One is that there’s all sorts of signage of people — that’s one of the fun things about doing a half-marathon (or a marathon, I imagine)… There’s people cheering, signs and stuff like “Go you!”, but the sign that resonated with me the most was one that said “You are no longer a runner, you are a marathon runner.” The strongest force in human nature is the one where whatever we identify ourselves as being, that’s how we act. And when I read that sign – this was on like mile two, thank goodness… So I read this and I was like “Yeah, I am a half-marathon runner! I’m not a runner, I’m a half-marathon runner!” and I started acting like a half-marathon runner, and I felt stronger at that point.

The second thing I wanna mention is I have an incantation that I have done over the last year or two, and it’s “I’m a strong, confident, successful and handsome real estate billionaire entrepreneur.” I said that freaking thing ten thousand times perhaps literally during this race. I was just saying it over and over, and it was pretty cool, because I felt pretty powerful when I was saying it.

And then the last few miles were physical. Last two, my legs were falling out from under me and cramping, and I thought my hamstring was gonna fall down on the ground next to me… And I recognized the parallel with business and what we do as entrepreneurs. In the entire race of whatever we accomplish, it really is 80% or 90% mental and getting your mind right and making sure that we’re approaching things correctly, and then 20% or 15% of the mechanics and making sure that you physically can get this stuff done.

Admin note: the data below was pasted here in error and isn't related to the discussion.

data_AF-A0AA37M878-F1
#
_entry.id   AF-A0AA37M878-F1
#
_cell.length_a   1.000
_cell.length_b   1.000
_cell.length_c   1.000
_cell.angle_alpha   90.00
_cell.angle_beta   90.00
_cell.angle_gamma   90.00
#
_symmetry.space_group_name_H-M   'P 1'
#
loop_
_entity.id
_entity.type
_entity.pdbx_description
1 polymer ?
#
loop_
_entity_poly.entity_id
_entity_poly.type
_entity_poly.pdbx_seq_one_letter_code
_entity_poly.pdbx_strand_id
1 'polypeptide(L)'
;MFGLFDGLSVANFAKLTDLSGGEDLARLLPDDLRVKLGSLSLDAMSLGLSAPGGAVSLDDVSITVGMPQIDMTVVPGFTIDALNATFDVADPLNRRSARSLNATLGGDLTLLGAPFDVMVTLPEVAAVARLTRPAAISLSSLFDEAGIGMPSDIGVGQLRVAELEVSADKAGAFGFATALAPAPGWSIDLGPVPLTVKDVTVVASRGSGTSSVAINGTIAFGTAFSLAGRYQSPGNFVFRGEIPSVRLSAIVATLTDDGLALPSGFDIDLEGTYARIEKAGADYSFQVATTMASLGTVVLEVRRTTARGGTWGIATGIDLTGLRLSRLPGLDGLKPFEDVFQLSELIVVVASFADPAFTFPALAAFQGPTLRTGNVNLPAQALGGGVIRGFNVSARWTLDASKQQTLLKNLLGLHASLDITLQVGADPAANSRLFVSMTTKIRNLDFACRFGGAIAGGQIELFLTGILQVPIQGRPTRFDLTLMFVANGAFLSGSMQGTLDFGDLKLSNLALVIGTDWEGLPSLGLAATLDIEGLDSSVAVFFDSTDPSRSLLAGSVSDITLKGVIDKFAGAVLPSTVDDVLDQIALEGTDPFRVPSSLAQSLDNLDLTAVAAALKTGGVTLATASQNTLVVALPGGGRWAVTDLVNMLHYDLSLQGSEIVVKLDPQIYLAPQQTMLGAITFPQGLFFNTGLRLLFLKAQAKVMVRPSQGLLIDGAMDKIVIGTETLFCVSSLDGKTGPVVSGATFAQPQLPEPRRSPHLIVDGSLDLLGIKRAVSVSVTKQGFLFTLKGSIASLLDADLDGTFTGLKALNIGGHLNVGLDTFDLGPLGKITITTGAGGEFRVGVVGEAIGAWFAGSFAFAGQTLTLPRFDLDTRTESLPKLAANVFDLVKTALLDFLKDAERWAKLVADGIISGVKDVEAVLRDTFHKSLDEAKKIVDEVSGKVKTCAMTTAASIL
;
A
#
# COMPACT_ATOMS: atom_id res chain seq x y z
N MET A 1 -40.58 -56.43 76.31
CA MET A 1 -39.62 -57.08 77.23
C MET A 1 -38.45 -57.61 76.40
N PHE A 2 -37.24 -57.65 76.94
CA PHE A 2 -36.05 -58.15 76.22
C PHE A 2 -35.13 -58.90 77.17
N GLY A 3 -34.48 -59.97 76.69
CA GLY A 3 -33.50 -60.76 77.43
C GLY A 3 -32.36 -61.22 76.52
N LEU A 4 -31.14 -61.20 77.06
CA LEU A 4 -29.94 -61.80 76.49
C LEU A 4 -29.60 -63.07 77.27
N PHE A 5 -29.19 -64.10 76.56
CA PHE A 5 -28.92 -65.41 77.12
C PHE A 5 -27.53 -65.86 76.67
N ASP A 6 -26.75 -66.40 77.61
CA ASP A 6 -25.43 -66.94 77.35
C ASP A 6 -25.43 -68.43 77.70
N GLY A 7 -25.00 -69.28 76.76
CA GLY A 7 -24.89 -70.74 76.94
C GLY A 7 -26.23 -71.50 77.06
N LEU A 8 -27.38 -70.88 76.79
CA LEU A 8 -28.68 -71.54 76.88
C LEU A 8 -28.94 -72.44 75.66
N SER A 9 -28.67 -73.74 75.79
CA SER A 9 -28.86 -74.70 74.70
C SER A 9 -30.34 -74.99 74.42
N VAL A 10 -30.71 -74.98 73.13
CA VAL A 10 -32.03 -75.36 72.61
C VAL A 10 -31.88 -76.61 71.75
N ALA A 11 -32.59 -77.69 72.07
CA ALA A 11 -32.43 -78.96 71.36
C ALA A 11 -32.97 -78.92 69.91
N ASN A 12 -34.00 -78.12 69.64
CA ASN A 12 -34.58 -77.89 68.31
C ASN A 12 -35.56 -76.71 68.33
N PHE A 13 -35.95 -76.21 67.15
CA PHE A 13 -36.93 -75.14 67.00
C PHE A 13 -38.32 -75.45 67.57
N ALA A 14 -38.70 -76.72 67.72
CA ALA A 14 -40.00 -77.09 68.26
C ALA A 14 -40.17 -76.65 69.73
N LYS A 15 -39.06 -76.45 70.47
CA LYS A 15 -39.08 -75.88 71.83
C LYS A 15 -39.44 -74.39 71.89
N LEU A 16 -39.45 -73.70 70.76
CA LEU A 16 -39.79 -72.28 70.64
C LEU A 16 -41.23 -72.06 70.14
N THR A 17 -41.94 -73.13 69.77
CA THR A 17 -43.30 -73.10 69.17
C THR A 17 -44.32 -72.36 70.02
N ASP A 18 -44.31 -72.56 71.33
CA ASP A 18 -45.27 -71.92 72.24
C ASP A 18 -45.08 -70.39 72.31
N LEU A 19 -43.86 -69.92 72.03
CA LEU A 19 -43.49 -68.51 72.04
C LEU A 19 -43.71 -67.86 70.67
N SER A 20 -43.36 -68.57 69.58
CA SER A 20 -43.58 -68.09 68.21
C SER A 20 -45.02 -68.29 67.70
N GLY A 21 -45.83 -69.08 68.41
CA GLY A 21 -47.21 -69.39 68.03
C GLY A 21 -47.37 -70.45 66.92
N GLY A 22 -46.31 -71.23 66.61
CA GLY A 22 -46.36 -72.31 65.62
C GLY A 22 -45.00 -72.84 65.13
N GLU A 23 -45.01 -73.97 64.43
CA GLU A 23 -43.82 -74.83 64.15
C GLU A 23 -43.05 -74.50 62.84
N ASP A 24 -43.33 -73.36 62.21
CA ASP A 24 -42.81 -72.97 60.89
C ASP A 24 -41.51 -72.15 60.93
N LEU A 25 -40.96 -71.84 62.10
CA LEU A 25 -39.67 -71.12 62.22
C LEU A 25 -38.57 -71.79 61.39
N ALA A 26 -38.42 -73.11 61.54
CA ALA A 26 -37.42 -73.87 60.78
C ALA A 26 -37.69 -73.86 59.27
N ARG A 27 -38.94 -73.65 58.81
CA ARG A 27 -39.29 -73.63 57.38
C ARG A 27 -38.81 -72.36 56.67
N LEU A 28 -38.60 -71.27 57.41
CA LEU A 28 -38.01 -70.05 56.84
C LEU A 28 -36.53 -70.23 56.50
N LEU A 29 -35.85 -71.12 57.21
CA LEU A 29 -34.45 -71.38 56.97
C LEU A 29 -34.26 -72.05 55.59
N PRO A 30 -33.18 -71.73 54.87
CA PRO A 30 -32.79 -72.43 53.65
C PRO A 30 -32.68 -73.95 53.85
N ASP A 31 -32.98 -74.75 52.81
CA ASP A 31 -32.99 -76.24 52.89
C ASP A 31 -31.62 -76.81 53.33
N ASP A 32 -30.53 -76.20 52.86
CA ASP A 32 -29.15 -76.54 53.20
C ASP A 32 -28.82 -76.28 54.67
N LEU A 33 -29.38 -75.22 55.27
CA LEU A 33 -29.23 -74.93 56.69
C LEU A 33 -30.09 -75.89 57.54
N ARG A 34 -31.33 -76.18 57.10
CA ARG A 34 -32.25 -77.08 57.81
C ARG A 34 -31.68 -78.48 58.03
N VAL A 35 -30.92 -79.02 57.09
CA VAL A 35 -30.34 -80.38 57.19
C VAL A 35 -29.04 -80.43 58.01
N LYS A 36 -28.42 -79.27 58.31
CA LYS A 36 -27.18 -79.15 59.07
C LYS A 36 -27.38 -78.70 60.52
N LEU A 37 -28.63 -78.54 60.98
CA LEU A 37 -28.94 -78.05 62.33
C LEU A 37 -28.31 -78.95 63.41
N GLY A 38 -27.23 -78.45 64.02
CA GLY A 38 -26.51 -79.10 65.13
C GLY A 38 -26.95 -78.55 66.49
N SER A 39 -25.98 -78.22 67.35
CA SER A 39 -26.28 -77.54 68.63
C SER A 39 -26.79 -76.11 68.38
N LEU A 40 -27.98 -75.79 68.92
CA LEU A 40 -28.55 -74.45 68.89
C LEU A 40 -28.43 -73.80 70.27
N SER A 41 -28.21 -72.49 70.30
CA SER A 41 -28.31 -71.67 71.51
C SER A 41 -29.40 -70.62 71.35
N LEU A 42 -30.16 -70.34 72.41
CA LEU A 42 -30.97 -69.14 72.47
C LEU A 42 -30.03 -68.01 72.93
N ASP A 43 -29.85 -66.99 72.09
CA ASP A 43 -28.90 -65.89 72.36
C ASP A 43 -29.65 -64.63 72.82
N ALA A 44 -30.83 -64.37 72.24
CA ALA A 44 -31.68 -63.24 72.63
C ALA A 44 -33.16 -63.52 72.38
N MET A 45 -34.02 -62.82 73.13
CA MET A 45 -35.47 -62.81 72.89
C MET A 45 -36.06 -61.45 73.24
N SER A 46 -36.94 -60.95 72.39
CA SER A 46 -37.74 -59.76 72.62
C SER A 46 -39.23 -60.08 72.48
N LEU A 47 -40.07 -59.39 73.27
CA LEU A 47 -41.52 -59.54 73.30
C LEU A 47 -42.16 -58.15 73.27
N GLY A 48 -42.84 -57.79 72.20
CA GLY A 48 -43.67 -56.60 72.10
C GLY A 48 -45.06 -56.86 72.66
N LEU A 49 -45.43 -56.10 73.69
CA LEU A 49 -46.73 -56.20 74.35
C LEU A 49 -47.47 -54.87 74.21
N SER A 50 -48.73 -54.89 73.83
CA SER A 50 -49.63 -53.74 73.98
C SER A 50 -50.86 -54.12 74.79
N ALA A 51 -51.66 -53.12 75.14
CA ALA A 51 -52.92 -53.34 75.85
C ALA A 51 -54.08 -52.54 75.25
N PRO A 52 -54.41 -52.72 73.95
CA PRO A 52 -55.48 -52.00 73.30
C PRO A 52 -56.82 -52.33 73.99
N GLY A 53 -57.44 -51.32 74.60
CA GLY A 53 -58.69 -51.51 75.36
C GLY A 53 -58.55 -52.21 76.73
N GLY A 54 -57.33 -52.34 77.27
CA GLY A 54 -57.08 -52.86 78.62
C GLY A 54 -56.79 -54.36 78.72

Tim Ferriss recently interviewed a guy on running, and it’s so interesting… If all of the sports were in a pool, then everyone would learn how to swim better, right? If every single sport – baseball, football – was in a pool, one of the things that people would do is they’d teach their kids how to swim better. Well, they’re not on the pool, but 90% of the sports require you to run, but yet we don’t teach our kids or ourselves how to run better. We just “Hey, go run.”